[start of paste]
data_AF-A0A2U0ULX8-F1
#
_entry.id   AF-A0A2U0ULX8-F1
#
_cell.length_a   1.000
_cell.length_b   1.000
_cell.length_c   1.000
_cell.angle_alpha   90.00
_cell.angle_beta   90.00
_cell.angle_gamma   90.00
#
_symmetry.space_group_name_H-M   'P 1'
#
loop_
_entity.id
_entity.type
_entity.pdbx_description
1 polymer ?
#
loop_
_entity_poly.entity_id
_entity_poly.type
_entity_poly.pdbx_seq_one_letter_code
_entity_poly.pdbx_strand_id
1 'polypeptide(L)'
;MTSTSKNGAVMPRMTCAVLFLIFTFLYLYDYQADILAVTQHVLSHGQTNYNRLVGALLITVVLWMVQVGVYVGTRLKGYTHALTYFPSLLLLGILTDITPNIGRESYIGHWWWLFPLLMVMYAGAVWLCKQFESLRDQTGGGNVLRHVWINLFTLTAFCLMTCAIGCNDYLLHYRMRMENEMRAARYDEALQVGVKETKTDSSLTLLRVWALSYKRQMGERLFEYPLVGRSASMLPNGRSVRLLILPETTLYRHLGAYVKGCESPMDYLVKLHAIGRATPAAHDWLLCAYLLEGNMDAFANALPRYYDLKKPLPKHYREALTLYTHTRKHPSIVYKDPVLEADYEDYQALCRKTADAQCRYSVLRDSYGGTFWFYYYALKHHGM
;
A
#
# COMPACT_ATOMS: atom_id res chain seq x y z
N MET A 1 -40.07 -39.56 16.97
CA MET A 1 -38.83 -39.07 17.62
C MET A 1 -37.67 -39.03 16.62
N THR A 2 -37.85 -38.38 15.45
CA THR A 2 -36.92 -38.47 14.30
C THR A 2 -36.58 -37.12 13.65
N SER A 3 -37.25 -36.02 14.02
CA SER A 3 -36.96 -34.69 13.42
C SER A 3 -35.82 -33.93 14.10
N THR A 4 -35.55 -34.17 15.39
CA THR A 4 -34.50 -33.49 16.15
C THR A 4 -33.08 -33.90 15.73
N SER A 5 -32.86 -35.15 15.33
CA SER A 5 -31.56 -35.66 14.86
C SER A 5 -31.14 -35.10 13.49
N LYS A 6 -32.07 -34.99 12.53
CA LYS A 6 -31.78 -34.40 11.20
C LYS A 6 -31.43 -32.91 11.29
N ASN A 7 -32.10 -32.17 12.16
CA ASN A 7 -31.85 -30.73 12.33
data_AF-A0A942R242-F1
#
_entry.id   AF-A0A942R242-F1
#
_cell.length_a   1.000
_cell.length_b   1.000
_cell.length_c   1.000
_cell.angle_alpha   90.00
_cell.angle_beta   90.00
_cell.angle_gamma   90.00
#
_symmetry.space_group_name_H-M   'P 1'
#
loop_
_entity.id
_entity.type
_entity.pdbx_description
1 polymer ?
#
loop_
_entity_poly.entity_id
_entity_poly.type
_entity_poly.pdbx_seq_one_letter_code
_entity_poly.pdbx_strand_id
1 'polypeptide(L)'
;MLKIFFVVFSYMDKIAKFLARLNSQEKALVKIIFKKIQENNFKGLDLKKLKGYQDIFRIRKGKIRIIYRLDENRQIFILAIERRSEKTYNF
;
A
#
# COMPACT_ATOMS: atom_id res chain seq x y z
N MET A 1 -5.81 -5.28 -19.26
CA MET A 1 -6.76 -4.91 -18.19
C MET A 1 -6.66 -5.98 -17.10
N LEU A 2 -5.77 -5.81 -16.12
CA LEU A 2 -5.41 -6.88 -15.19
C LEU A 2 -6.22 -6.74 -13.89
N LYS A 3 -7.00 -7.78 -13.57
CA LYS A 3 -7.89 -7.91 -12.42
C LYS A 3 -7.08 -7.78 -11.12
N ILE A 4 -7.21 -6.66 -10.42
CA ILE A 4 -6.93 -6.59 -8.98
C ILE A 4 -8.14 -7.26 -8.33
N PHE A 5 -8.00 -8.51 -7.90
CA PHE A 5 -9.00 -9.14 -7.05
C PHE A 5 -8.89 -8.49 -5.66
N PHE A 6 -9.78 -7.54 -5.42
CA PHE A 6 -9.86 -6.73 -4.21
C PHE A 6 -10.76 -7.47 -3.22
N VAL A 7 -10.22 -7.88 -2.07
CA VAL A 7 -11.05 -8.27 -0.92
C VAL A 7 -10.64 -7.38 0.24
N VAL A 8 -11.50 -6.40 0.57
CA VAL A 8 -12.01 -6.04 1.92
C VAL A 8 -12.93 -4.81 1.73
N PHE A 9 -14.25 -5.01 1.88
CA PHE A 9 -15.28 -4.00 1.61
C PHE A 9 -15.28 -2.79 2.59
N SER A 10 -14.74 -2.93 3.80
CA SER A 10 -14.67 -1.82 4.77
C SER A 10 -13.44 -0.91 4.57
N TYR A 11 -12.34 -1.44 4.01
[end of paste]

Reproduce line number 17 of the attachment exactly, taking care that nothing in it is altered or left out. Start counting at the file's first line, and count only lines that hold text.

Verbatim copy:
_entity.pdbx_description